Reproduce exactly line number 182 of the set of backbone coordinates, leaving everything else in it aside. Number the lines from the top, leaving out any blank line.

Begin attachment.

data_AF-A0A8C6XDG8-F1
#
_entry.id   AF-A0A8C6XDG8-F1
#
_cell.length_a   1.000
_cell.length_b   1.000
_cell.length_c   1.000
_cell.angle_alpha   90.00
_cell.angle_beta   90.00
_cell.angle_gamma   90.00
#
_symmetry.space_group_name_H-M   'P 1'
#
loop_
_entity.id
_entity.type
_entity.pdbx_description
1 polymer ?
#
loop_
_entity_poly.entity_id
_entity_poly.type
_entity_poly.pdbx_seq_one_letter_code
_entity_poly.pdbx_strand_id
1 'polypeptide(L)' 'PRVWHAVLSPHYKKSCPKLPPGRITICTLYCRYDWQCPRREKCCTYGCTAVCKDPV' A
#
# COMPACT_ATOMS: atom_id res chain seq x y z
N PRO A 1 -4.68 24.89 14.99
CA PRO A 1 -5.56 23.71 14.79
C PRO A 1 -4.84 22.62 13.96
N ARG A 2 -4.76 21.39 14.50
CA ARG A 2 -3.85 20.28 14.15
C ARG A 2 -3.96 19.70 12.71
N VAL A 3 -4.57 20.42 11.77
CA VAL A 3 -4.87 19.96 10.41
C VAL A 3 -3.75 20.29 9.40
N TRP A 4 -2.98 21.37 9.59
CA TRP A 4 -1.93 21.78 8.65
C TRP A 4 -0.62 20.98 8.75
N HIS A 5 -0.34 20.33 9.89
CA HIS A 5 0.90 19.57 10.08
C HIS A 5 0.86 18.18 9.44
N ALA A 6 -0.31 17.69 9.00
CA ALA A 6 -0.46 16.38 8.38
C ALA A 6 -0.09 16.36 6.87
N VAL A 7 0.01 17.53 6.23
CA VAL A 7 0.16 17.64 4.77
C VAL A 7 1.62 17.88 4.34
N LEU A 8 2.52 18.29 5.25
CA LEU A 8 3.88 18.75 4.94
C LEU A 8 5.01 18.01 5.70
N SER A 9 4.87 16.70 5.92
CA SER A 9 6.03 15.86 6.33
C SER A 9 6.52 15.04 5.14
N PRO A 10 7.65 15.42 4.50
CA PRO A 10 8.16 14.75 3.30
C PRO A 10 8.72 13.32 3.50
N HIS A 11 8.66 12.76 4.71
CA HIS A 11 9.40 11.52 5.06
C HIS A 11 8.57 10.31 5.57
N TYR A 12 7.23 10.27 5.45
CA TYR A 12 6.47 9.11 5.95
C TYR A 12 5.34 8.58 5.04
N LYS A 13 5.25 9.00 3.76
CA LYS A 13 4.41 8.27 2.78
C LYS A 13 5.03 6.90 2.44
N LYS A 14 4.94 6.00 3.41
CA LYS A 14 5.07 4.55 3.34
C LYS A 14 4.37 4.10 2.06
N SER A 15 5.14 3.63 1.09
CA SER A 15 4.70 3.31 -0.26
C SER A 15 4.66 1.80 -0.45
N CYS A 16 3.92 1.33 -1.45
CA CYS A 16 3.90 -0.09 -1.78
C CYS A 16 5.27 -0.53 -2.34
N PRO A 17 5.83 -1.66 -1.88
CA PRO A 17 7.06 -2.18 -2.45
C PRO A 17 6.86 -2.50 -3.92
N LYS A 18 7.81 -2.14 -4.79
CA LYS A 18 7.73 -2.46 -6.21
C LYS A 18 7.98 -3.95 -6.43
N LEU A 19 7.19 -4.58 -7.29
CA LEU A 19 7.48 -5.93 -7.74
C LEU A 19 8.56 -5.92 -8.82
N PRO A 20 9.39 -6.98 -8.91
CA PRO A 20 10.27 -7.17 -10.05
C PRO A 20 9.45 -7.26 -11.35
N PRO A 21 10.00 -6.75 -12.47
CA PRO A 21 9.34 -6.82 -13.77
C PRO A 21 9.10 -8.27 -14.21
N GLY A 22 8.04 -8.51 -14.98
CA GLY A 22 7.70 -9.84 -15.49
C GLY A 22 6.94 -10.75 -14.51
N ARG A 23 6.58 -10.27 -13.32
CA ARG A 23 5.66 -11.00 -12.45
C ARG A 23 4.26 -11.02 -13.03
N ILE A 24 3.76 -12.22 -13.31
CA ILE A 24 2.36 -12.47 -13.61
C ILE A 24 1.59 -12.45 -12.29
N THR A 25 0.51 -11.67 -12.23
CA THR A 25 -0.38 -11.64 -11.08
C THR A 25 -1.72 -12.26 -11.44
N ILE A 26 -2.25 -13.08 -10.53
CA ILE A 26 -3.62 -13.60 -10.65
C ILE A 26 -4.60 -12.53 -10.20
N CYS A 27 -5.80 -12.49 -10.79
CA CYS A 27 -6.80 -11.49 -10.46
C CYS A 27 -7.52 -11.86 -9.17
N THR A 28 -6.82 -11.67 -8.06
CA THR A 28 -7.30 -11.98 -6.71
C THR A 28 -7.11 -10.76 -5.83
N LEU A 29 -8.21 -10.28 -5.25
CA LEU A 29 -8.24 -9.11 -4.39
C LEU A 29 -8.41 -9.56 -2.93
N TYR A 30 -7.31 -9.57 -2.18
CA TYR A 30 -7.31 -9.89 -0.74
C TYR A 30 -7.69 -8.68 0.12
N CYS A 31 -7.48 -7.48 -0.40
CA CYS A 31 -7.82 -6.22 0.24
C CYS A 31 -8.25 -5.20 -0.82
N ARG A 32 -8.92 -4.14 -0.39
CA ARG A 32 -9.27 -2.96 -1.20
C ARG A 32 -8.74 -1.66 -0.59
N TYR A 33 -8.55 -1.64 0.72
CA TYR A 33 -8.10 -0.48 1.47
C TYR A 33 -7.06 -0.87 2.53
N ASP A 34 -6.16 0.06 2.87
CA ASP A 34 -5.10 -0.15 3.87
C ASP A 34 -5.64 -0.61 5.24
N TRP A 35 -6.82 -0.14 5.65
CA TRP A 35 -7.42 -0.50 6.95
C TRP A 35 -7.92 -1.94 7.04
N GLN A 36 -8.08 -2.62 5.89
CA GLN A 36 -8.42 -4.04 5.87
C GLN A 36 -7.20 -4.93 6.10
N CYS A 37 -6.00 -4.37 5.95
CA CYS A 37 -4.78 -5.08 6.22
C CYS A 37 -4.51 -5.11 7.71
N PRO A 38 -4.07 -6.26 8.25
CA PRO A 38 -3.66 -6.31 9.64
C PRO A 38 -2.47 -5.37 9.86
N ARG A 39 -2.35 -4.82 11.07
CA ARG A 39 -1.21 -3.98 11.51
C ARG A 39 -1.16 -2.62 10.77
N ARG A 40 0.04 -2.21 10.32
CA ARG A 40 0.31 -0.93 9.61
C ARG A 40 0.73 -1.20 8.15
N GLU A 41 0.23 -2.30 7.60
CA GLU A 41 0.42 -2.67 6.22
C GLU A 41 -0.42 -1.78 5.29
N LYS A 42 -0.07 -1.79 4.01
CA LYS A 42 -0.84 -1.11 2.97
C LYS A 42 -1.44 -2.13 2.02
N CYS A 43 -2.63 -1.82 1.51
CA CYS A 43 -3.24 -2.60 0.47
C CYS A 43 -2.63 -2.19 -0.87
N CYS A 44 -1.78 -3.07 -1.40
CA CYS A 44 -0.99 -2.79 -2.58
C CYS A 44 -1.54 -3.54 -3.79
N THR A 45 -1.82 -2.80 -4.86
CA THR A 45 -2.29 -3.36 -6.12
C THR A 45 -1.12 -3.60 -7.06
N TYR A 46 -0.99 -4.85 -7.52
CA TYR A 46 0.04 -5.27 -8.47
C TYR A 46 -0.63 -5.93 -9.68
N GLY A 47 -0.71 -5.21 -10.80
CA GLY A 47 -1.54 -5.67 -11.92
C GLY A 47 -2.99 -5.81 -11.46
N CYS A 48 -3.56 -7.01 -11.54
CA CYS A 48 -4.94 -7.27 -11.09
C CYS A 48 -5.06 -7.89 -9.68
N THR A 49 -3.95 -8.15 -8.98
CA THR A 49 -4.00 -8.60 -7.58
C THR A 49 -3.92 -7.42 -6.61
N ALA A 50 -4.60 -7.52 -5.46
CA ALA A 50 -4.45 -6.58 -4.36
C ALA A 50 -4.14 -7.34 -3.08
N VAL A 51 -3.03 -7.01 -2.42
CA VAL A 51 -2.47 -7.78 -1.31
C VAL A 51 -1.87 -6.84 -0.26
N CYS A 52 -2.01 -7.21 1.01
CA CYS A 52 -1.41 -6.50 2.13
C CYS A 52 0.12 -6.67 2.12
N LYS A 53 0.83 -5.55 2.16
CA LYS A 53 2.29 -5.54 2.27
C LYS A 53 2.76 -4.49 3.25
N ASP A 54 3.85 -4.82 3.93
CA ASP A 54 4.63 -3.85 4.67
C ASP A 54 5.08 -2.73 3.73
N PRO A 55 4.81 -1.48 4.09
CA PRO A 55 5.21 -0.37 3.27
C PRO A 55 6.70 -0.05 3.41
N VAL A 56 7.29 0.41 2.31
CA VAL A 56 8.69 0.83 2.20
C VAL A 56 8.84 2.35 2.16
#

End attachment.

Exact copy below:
CA CYS A 52 -1.41 -6.50 2.13